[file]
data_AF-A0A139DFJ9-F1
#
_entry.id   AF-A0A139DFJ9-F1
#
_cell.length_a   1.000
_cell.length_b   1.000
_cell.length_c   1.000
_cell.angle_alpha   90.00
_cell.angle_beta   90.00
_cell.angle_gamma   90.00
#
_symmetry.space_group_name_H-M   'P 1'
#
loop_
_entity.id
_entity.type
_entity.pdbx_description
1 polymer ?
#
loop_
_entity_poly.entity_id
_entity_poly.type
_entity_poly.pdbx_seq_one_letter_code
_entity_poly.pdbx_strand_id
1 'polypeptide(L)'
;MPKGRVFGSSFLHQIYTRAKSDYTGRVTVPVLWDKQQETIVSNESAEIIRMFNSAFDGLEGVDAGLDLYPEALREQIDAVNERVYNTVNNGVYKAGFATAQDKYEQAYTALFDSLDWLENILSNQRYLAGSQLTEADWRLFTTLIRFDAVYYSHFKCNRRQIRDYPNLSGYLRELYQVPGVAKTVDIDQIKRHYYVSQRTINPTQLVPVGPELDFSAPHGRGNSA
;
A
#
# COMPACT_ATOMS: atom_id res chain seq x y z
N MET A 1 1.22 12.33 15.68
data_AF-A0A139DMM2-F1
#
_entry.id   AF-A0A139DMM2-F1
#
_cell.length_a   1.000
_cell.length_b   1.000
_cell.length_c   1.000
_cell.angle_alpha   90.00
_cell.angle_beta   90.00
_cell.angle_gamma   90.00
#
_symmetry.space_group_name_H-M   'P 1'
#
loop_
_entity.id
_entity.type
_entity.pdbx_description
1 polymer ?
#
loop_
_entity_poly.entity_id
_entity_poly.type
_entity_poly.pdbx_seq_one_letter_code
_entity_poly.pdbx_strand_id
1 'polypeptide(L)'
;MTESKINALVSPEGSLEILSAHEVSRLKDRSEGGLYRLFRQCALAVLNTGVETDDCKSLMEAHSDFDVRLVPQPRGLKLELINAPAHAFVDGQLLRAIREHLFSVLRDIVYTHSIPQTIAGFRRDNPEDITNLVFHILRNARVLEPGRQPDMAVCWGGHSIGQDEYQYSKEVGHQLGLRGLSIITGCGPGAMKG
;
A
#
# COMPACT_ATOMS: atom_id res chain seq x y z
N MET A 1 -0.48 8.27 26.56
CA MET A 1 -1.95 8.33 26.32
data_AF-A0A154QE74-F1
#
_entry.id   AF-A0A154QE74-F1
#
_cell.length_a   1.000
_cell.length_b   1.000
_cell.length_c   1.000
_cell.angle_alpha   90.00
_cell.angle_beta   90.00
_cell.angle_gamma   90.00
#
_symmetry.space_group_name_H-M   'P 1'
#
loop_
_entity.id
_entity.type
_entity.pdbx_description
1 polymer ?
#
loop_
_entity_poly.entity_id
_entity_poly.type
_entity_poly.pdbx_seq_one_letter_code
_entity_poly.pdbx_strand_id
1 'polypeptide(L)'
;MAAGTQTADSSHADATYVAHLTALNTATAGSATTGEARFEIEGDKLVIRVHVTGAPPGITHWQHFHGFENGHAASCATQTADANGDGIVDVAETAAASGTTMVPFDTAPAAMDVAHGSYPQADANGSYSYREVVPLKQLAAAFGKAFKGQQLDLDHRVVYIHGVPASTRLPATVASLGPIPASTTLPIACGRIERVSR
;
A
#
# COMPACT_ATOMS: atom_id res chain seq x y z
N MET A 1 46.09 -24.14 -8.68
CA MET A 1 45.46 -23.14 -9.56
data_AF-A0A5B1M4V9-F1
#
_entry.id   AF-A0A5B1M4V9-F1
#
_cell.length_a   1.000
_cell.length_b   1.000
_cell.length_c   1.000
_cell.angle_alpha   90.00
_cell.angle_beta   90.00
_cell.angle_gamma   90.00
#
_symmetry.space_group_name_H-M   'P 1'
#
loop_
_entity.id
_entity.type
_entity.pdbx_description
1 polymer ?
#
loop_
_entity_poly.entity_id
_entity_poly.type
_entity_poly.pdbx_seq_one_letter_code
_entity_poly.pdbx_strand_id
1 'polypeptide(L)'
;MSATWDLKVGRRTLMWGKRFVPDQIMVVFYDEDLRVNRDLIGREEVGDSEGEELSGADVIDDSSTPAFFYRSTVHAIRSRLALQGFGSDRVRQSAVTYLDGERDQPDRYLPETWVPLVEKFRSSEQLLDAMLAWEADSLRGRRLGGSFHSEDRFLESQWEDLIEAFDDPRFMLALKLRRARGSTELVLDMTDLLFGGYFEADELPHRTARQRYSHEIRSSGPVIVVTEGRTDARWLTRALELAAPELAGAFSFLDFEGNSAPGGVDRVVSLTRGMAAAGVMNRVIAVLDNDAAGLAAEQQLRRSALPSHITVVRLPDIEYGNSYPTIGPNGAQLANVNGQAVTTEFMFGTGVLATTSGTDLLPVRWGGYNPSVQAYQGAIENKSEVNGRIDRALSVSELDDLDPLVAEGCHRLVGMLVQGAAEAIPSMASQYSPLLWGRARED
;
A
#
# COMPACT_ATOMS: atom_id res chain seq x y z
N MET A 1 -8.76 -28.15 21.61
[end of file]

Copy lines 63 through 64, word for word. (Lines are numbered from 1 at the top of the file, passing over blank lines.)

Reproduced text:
CA MET A 1 -1.95 8.33 26.32
data_AF-A0A154QE74-F1